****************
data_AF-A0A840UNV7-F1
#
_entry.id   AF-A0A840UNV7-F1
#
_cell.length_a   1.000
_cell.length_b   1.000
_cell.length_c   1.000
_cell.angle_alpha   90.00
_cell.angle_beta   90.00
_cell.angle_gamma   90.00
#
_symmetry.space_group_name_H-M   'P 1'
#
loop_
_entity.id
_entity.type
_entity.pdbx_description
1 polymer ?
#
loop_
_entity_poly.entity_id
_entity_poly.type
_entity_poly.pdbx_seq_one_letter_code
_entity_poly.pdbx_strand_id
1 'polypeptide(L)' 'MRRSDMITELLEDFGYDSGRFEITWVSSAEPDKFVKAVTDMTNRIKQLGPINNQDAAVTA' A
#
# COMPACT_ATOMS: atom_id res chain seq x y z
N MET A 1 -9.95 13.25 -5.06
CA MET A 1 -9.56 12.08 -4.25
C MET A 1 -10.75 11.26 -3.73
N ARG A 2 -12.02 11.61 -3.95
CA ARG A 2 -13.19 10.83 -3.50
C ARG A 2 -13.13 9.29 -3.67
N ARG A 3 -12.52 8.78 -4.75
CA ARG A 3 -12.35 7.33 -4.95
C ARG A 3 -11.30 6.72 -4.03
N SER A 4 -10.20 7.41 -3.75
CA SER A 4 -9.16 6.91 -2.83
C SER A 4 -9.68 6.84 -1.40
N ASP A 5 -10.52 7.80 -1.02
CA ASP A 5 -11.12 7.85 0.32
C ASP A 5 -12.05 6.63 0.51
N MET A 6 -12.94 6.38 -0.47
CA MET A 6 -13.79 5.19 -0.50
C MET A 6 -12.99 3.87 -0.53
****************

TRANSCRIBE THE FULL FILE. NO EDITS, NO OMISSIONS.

data_AF-A0A840UNV7-F1
#
_entry.id   AF-A0A840UNV7-F1
#
_cell.length_a   1.000
_cell.length_b   1.000
_cell.length_c   1.000
_cell.angle_alpha   90.00
_cell.angle_beta   90.00
_cell.angle_gamma   90.00
#
_symmetry.space_group_name_H-M   'P 1'
#
loop_
_entity.id
_entity.type
_entity.pdbx_description
1 polymer ?
#
loop_
_entity_poly.entity_id
_entity_poly.type
_entity_poly.pdbx_seq_one_letter_code
_entity_poly.pdbx_strand_id
1 'polypeptide(L)' 'MRRSDMITELLEDFGYDSGRFEITWVSSAEPDKFVKAVTDMTNRIKQLGPINNQDAAVTA' A
#
# COMPACT_ATOMS: atom_id res chain seq x y z
N MET A 1 -9.95 13.25 -5.06
CA MET A 1 -9.56 12.08 -4.25
C MET A 1 -10.75 11.26 -3.73
N ARG A 2 -12.02 11.61 -3.95
CA ARG A 2 -13.19 10.83 -3.50
C ARG A 2 -13.13 9.29 -3.67
N ARG A 3 -12.52 8.78 -4.75
CA ARG A 3 -12.35 7.33 -4.95
C ARG A 3 -11.30 6.72 -4.03
N SER A 4 -10.20 7.41 -3.75
CA SER A 4 -9.16 6.91 -2.83
C SER A 4 -9.68 6.84 -1.40
N ASP A 5 -10.52 7.80 -1.02
CA ASP A 5 -11.12 7.85 0.32
C ASP A 5 -12.05 6.63 0.51
N MET A 6 -12.94 6.38 -0.47
CA MET A 6 -13.79 5.19 -0.50
C MET A 6 -12.99 3.87 -0.53